An editorial in the current issue of the New England Journal of Medicine suggests that the rest of the nation follow the example of New York mayor Michael Bloomberg; one of the last pieces of legislation with his signature on it is one that prohibits the sale of tobacco and e-cigarettes to those under 21. The author suggests that “Tobacco 21” is an idea “whose time has come.”
The bill puts the onus of responsibility on the shoulders of retailers, who will face fines if they sale to “minors”. The FDA has set the legal age to buy tobacco at 18, but emphasizes that state and local governments are entitled to raise that age limit if they deem it necessary. As of the signing of the Tobacco 21 bill, New York has the strictest regulations on tobacco and e-cigarette sales in the nation.
One local government that raised the age limit for tobacco purchase is Needham, MA, according to the NJEM article. In 2010, 12.9% of high school students in Needham smoked. After raising the age limit to 21, the percentage of high school smokers plummeted to 6.9%.
Studies have shown that adolescents become addicted more quickly and at lower levels of nicotine consumption than adults do, in part because their brains have not fully developed, leaving them more vulnerable to the talons of addiction.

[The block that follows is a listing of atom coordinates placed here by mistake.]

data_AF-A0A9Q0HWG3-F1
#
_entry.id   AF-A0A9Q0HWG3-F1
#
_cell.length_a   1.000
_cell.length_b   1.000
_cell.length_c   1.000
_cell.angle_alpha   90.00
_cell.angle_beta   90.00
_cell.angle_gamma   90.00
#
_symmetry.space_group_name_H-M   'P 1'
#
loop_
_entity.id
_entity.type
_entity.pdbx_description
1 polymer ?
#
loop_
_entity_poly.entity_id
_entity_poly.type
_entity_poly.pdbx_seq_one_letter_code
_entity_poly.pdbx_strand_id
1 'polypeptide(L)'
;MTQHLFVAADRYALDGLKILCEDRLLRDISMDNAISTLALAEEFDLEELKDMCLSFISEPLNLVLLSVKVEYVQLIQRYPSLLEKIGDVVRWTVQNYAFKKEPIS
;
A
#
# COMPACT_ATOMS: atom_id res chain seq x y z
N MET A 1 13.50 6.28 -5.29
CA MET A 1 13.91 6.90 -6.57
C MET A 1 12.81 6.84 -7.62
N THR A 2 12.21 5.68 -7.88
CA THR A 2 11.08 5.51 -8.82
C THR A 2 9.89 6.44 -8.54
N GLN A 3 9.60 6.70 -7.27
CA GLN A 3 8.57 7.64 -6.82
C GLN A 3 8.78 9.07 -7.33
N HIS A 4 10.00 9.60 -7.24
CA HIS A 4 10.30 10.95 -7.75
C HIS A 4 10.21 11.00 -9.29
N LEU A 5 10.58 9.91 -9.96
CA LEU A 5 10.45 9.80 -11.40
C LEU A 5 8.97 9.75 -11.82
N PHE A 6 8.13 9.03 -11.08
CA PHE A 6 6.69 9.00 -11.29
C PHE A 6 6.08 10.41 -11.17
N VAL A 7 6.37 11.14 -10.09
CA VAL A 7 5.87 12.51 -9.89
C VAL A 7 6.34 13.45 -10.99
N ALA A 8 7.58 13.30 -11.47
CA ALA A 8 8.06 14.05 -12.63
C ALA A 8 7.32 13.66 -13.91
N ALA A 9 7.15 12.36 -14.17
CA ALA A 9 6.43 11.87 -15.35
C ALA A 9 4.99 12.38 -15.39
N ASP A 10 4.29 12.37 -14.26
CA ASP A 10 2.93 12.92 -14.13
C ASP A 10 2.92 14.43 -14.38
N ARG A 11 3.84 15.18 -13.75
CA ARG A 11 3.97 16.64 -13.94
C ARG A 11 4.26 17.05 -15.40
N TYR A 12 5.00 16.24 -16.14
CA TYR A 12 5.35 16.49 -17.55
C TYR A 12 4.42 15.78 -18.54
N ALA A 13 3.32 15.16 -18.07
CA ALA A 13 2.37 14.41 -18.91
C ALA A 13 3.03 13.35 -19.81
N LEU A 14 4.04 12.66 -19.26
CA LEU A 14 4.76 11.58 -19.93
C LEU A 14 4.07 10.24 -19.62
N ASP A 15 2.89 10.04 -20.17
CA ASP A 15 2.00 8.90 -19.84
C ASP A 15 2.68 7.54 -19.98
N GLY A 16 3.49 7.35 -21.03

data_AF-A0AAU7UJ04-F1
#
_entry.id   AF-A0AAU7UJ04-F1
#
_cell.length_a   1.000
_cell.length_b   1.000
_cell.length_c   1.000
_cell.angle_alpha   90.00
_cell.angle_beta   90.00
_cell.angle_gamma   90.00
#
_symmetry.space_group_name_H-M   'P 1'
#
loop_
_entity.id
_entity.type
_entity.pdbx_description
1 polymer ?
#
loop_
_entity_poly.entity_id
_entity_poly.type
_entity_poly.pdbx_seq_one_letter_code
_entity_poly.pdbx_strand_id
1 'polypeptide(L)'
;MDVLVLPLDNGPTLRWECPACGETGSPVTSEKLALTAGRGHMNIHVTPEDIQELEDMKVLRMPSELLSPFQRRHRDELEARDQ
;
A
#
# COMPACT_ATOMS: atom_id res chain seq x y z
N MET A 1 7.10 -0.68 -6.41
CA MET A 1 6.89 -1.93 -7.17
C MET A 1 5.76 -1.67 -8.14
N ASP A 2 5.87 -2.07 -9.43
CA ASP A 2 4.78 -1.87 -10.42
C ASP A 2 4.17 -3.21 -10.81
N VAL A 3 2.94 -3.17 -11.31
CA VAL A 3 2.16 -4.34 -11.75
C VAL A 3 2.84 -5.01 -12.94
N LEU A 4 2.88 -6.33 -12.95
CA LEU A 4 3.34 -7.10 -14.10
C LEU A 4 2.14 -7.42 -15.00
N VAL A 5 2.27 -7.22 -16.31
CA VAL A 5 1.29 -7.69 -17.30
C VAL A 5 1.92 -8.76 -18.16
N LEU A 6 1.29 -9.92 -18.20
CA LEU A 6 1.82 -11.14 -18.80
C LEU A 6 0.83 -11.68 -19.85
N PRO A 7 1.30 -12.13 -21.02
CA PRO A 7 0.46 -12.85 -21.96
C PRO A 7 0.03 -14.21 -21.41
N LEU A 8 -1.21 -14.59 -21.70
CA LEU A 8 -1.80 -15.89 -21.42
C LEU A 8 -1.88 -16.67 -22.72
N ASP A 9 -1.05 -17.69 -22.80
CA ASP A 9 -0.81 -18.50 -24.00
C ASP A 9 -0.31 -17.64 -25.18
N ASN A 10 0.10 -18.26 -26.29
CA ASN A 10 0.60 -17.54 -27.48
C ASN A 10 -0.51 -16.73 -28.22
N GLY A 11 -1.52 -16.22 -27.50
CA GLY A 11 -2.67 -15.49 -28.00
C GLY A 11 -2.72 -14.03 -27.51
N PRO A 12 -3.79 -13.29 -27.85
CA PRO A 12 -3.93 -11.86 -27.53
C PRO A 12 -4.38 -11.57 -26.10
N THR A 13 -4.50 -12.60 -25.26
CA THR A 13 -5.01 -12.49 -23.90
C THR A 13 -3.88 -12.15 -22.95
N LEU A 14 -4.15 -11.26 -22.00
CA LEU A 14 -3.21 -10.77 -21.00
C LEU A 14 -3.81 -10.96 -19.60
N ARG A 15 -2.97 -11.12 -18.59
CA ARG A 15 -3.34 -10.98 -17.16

And speaking of maturity, I think this will factor in and help reduce high school smoking for another reason. After all, most high schoolers are under 18, the lower age limit for tobacco use. As is the case with alcohol, the way minors get their hands on tobacco products is through older kids buying it for them. I would imagine that it will be a lot more difficult for a sixteen year old to find an adult over the age of 21 to buy cigarettes for them than it is to find an 18 year old to do the same. . .